If you believe in the real presence, that requires that you believe in Jesus’ divinity and his ability to effect a lasting spiritual legacy in the world through His church. Your belief in the institution of the Eucharist presupposes a belief in the historicity and ability of Jesus to institute holy orders and to confer the Holy Spirit upon priests of the church. That same underlying assumption underpins the legacy of the church as Jesus’ institution, with the attendant powers he granted through its investiture to Peter. What shall be bound on Earth shall be bound in heaven, and what shall be loosed on Earth shall be loosed in heaven. To doubt a fundamental Church teaching on the sanctity of the origins of life entails doubting the legitimacy of the one who created the teaching, as well as the One who invested him with the legitimate right and authority to do so.

Yes indeed. In order to love God and become the best person we can, we have to be truthful with ourselves and Our Lord. Quite obviously God knows when we are lying to ourselves and to him. As a 62 year old, what seemed über important at thirty now seems utterly irrelevant. If your perspective does not change as you age, then you are not learning or maturing. Now that I find myself questioning many things, I wonder if there are others who are in the same boat? Do you, AlphaWoman, question in your heart and mind some of the rules that the Church teaches? I certainly don’t mean you should ignore any rules, just if you struggle to make sense of them?

Perhaps you could direct alpha woman to your other thread where you asked just that question?

Good idea, even if your sarcasm was showing a teeny tiny bit!:eek:

You make a good point. How incongruous would it be were the Church to enjoy the continued intimate relationship with Christ evident in the Celebration of the Eucharist, and all the sacraments, but to have it simultaneously teaching His flock error.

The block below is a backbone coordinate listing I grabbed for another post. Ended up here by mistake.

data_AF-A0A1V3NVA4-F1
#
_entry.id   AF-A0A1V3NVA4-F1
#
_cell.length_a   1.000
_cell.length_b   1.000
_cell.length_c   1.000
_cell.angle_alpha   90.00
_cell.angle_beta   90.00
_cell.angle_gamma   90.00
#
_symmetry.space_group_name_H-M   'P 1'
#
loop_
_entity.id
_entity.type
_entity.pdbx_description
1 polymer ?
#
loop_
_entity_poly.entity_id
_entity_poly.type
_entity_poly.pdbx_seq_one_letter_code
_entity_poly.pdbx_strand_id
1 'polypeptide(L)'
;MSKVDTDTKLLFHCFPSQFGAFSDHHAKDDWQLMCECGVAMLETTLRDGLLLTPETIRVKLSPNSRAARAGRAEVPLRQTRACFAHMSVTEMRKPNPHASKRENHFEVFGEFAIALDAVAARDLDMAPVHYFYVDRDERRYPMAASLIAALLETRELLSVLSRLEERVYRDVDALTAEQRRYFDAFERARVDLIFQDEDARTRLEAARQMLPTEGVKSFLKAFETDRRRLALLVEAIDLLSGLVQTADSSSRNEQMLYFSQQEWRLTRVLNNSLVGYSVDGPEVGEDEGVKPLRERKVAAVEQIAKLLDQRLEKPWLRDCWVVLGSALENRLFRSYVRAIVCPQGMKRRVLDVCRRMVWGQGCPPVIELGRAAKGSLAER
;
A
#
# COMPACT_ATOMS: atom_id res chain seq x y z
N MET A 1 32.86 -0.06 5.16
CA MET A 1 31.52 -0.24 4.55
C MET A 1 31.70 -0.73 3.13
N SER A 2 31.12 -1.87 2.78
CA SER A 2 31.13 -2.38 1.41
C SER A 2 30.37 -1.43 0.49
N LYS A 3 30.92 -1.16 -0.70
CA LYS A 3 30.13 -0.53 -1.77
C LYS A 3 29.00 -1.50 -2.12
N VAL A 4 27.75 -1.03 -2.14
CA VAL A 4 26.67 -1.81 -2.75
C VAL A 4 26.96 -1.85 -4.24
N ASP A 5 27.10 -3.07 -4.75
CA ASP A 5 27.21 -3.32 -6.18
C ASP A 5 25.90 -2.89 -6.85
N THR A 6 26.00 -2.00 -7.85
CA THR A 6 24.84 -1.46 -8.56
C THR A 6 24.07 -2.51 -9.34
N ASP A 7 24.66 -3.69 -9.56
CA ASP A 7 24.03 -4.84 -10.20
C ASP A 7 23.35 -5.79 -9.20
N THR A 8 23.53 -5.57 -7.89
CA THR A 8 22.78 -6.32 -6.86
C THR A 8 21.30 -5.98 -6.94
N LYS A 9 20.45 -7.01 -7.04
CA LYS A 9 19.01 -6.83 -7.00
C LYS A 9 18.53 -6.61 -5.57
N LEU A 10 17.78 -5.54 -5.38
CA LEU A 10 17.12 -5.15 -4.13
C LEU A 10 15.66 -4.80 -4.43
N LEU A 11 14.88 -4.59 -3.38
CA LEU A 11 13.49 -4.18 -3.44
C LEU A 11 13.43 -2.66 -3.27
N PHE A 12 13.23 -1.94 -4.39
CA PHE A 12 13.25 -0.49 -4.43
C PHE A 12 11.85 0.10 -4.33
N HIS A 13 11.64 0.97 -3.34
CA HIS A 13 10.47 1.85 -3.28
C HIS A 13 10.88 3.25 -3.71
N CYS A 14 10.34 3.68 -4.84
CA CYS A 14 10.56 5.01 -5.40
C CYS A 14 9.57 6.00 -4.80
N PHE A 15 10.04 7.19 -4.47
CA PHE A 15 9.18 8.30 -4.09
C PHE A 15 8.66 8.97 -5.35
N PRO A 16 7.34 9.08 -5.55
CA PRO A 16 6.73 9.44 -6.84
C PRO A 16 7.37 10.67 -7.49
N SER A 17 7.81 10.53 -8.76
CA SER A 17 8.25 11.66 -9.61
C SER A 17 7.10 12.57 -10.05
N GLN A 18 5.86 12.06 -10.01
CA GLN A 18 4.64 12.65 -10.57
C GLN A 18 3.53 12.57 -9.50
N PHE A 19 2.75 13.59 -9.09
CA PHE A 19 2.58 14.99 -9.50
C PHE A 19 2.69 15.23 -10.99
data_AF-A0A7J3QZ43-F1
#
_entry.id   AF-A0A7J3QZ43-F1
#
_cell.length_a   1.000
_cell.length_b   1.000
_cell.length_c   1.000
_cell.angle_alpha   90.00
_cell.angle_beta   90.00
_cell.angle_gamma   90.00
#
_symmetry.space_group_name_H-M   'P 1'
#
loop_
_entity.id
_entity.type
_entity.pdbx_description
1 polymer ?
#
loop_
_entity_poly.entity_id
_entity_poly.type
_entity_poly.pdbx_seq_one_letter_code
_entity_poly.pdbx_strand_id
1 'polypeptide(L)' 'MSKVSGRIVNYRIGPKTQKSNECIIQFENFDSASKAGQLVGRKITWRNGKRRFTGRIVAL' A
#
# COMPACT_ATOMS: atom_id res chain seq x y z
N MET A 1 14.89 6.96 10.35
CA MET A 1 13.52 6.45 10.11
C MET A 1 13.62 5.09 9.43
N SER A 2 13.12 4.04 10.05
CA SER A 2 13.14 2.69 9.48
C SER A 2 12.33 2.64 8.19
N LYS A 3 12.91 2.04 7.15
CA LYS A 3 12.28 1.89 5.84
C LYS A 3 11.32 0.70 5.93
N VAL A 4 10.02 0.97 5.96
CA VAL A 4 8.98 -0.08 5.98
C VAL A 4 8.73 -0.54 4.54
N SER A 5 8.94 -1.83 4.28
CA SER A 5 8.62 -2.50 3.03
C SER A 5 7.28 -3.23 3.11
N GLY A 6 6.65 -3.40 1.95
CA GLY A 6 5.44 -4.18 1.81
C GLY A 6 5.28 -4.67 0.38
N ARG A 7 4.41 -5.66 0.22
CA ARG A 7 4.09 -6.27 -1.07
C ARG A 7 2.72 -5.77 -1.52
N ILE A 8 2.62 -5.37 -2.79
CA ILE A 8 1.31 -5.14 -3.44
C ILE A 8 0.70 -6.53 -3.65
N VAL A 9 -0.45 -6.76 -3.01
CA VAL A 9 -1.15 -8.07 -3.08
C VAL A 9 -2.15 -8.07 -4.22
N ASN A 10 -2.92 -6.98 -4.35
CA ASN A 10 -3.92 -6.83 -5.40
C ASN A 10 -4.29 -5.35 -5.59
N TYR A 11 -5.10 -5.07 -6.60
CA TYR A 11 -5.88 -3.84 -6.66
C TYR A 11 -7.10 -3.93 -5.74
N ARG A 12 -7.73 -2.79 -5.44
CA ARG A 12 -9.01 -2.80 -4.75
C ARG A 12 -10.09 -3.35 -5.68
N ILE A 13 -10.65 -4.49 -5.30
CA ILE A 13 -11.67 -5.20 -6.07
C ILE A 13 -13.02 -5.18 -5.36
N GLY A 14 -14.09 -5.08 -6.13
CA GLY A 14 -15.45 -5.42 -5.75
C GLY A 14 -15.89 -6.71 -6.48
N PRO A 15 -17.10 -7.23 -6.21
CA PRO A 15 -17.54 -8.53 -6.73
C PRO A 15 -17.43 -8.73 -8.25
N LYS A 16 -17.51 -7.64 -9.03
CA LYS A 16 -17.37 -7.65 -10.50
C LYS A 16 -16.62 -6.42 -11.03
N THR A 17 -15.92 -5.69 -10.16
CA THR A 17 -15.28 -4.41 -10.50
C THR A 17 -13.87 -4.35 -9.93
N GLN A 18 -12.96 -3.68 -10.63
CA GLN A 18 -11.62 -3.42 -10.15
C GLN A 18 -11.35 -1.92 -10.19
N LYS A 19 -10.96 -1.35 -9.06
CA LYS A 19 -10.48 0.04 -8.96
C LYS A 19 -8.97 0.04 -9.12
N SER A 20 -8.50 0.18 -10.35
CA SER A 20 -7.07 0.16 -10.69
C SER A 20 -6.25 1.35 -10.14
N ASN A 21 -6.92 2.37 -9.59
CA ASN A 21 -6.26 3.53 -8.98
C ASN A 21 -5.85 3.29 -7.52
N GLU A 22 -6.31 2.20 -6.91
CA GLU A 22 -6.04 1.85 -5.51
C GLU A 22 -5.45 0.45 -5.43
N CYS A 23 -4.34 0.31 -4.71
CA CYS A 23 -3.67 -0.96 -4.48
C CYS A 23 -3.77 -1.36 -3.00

Absolutely, there are inevitably teachings that I struggle with. I think we all do to varying degrees at some time or another. It’s a product of our being post-original sin creatures; our capacity to understand with reason is impaired by our corporeal desires and biases. Even if we were able to sidestep original sin as a source of bias, our faculty to reason is imperfect.

That is part of the reason it is so important for us to have the Holy Spirit guiding the Church, and for us to have priests and a Pope who are largely external to the lived condition of the lay person. We are so fortunate! They devote their lives in fullness to the pursuit of truth and good through the inspiration and stewardship of the Holy Sprit as objective outsiders for the benefit of the whole Church. We grow in grace when, having used our reason to the best of our ability, still fail to grasp the moral nuance behind a Church teaching, yet place trust in Jesus out of obedience and love. Our duty as Catholics is to do God’s will, not to understand everything perfectly.

It may surprise you to learn that I wasn’t Catholic–except in sacramental legacy–until I was an adult. I disagreed with much of the Church’s teaching around family life and sexual ethics. Reading widely in an attempt to disprove God’s existence brought me to the Church, but it was only once I began praying the rosary that I started to gain insight into the issues I really struggled with. Now, I use the rosary to pray for understanding of and obedience to God, and it’s helped me not only accept, but love, some of the issues I originally felt were thorniest. Maybe you can turn to Mary in the rosary for help. She won’t let you down if you’re seeking truth with an honest, loving heart. :slight_smile: